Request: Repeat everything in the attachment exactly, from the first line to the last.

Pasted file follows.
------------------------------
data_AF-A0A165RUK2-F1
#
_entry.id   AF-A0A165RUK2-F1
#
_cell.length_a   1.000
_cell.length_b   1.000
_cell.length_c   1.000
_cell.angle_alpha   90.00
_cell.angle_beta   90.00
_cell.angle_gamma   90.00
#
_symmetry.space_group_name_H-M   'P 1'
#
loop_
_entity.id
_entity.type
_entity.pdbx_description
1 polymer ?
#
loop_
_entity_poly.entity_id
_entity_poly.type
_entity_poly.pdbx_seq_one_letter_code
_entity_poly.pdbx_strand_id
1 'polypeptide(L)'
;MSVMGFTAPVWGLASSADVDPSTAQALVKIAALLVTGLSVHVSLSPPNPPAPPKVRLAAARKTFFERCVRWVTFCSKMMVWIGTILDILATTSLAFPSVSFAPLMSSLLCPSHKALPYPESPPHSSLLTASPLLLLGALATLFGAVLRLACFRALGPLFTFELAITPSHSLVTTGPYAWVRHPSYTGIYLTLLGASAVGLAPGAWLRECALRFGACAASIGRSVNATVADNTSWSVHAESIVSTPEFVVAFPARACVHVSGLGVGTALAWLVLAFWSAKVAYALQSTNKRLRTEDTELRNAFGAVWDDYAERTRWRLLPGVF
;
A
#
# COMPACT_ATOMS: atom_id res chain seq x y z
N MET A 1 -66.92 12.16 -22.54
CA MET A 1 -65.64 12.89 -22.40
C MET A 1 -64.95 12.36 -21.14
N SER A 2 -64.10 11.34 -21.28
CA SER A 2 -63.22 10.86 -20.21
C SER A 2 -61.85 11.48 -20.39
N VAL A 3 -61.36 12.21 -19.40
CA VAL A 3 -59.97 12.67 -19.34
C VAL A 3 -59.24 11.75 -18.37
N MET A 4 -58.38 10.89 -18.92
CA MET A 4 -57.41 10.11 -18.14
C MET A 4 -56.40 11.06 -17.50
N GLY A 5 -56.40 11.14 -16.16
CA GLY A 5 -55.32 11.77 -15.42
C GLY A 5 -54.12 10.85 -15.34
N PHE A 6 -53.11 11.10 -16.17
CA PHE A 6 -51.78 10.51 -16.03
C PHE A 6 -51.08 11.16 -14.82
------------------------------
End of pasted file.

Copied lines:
data_AF-A0A165RUK2-F1
#
_entry.id   AF-A0A165RUK2-F1
#
_cell.length_a   1.000
_cell.length_b   1.000
_cell.length_c   1.000
_cell.angle_alpha   90.00
_cell.angle_beta   90.00
_cell.angle_gamma   90.00
#
_symmetry.space_group_name_H-M   'P 1'
#
loop_
_entity.id
_entity.type
_entity.pdbx_description
1 polymer ?
#
loop_
_entity_poly.entity_id
_entity_poly.type
_entity_poly.pdbx_seq_one_letter_code
_entity_poly.pdbx_strand_id
1 'polypeptide(L)'
;MSVMGFTAPVWGLASSADVDPSTAQALVKIAALLVTGLSVHVSLSPPNPPAPPKVRLAAARKTFFERCVRWVTFCSKMMVWIGTILDILATTSLAFPSVSFAPLMSSLLCPSHKALPYPESPPHSSLLTASPLLLLGALATLFGAVLRLACFRALGPLFTFELAITPSHSLVTTGPYAWVRHPSYTGIYLTLLGASAVGLAPGAWLRECALRFGACAASIGRSVNATVADNTSWSVHAESIVSTPEFVVAFPARACVHVSGLGVGTALAWLVLAFWSAKVAYALQSTNKRLRTEDTELRNAFGAVWDDYAERTRWRLLPGVF
;
A
#
# COMPACT_ATOMS: atom_id res chain seq x y z
N MET A 1 -66.92 12.16 -22.54
CA MET A 1 -65.64 12.89 -22.40
C MET A 1 -64.95 12.36 -21.14
N SER A 2 -64.10 11.34 -21.28
CA SER A 2 -63.22 10.86 -20.21
C SER A 2 -61.85 11.48 -20.39
N VAL A 3 -61.36 12.21 -19.40
CA VAL A 3 -59.97 12.67 -19.34
C VAL A 3 -59.24 11.75 -18.37
N MET A 4 -58.38 10.89 -18.92
CA MET A 4 -57.41 10.11 -18.14
C MET A 4 -56.40 11.06 -17.50
N GLY A 5 -56.40 11.14 -16.16
CA GLY A 5 -55.32 11.77 -15.42
C GLY A 5 -54.12 10.85 -15.34
N PHE A 6 -53.11 11.10 -16.17
CA PHE A 6 -51.78 10.51 -16.03
C PHE A 6 -51.08 11.16 -14.82